No Man's Zone: Berlin Film Review
Toshi Fujiwara's doc chronicles the aftermath of last year's earthquake, tsunami and nuclear disaster in Japan.
Invaluable as historical record but frustratingly inert as a film, No Man's Zone (Mujin chitai) is among the first documentaries to chronicle the devastation of coastal Japan following March 2011's earthquake, tsunami and nuclear disaster. Working in areas that, while contaminated with Fukushima radiation, remained inhabited several months after the catastrophes, Toshi Fujiwara elicits moving testimony from the embattled survivors. And although he stumbles when attempting to draw wider conclusions from what his cameras capture, ongoing global interest in this subject will ensure plentiful festival and TV interest. In terms of theatrical distribution outside Japan, there's the possibility of limited play in territories where environmental matters in general and nuclear power in particular are hot-button issues.
Starting with a 360-degree pan of apocalyptic scenes in the decimated town of Ukedo, 41 days after the cataclysm, Fujiwara (best known for 2006's improvised We Can't Go Home Again) delivers raw images via hand-held digital video. Almost immediately, voiceover -- written by Fujiwara and delivered in English by Armenian-Canadian actress Arsinée Khanjian -- prompts us to question our response to this harrowing visual material, setting the tone for a film of over-ambitious philosophical scope.
Police officers are observed from a distance in "white protecting gears [sic]... Perhaps they were lost souls..." muses the narrator. The nature and power of disaster footage is examined -- "anger becomes a way to hide our fascination" -- while just after the halfway point there's the information that "for the last hour we've been watching images, just images," underlining the limitations of visual media.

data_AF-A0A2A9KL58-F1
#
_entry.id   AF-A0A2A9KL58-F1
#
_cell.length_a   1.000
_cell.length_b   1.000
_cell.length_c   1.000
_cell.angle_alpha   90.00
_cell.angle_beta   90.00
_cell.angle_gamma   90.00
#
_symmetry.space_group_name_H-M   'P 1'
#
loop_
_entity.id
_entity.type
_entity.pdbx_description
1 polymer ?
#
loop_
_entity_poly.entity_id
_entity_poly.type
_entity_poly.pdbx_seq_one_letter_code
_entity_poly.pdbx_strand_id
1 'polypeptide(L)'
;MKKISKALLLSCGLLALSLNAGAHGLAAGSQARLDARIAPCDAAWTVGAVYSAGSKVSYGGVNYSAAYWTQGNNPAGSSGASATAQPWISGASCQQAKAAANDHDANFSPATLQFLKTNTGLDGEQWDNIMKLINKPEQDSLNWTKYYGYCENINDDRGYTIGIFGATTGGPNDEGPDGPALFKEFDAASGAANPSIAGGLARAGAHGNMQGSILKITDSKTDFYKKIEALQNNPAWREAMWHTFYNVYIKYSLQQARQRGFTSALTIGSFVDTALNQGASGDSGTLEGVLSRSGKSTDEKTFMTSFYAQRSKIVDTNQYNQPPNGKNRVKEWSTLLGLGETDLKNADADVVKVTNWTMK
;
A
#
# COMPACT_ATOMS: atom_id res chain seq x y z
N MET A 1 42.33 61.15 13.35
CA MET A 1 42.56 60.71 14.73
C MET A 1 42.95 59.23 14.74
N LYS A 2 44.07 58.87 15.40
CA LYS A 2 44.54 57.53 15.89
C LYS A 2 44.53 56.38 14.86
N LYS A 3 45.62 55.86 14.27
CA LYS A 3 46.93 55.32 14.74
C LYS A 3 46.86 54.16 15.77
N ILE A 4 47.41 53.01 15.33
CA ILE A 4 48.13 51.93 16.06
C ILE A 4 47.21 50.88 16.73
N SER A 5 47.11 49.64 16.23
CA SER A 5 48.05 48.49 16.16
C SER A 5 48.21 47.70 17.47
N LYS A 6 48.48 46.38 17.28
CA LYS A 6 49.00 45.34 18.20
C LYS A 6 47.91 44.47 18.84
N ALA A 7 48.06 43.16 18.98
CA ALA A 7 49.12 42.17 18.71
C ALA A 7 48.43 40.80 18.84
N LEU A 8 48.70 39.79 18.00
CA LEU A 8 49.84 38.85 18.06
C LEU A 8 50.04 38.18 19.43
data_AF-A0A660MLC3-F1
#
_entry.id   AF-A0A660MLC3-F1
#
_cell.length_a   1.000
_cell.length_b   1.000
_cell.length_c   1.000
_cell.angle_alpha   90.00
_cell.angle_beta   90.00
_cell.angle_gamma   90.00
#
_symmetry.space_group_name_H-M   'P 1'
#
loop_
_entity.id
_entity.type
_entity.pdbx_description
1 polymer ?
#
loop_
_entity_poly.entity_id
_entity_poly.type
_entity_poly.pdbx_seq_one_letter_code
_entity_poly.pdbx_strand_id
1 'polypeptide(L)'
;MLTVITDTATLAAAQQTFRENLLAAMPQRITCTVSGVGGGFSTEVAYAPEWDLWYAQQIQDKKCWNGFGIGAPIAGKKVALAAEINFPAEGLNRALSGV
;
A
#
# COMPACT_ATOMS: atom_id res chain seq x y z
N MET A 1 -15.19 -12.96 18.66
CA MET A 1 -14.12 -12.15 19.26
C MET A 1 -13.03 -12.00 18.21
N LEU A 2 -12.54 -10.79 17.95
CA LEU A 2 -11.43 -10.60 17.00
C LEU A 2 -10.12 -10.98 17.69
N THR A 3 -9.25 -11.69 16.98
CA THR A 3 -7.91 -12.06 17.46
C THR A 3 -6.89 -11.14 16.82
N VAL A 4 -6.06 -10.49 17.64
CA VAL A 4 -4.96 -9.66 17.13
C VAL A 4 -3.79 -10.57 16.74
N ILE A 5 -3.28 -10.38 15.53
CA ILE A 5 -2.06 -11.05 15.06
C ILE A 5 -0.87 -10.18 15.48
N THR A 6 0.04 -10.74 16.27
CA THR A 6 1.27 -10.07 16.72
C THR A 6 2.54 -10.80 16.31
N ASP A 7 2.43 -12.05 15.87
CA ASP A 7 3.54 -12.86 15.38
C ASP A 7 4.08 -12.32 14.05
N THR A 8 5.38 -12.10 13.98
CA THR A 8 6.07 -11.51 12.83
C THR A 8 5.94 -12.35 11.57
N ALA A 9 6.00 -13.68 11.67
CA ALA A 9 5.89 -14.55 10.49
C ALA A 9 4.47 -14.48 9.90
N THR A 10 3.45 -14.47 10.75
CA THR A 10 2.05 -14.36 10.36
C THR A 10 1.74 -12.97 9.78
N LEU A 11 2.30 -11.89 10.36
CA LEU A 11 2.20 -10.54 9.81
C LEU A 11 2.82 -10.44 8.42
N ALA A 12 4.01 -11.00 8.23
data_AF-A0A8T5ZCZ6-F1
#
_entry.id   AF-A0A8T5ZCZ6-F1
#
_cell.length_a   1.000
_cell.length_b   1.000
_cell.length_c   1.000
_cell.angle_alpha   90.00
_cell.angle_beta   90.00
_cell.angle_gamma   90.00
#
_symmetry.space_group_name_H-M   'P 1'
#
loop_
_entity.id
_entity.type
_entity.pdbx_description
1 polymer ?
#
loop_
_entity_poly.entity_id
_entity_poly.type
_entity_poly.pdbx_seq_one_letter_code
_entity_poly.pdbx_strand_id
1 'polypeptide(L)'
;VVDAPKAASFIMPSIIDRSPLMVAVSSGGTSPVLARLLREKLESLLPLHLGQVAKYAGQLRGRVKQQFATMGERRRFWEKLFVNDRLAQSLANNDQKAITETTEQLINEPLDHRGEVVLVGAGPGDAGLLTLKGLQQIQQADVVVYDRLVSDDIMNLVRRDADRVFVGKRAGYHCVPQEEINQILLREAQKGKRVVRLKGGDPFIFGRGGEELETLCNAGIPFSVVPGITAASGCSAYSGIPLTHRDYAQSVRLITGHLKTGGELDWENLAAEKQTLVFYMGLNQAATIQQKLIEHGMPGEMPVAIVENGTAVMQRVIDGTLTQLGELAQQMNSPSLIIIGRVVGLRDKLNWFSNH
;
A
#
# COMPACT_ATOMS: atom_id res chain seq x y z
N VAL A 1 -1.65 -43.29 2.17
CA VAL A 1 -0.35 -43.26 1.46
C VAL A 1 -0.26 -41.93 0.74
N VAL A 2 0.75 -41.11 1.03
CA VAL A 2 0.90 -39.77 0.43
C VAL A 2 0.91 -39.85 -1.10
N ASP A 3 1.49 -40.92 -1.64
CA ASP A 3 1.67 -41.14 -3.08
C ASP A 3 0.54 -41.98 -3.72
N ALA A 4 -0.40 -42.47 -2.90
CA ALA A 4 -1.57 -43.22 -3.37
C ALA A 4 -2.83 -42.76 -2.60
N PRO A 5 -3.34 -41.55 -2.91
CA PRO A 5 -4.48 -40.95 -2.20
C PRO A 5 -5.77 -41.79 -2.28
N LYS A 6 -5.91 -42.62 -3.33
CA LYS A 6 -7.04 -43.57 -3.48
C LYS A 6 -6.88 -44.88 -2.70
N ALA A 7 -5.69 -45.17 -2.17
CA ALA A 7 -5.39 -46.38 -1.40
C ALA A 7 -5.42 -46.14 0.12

The aftermath of Fukushima is, it goes without saying, a matter of the utmost seriousness. But Fujiwara's default mode of precious solemnity veers towards the po-faced, with Barre Phillips' sonorous strings and soaring angel-voiced choirs deployed to intrusive and counter-productive effect. Compiling what's essentially an elegiac first-person travelogue, Fujiwara is clearly rather fond of his own authorial voice -- as filtered through Khanjian -- but these contributions aren't helped by oddly echoing sound-mixing that employs weird, tinny fading techniques. The verbose voiceover itself frequently strays into faux-profundity -- "it is not that everything is God, but all is God," we're informed at one late juncture - though translation issues might well be a complicating factor at play.
No Man's Zone becomes much more eloquent and engaging when Fujiwara steps back and lets the residents speak for themselves - which he allows them to do for several unbroken minutes at a time. Displaying the famed Japanese qualities of fatalistic stoicism in abundance ("that's life - things happen, good and bad"), his mostly aged interviewees don't hide their polite annoyance at the failings of national and regional governments -- making their points with a dignified simplicity that certainly doesn't need musical or choral accompaniment.
Venue: Berlin Film Festival (Forum), Feb. 13, 2012.
Production companies: Aliocha Films, in co-production with Denis Friedman Productions
Director / Screenwriter: Toshi Fujiwara
Producers: Valérie-Anne Christen, Denis Friedman
Director of photography: Takanobu Kato
Editor: Isabelle Ingold
Music: Barre Phillips
Sales Agent: Doc & Film, Paris
No rating, 105 minutes.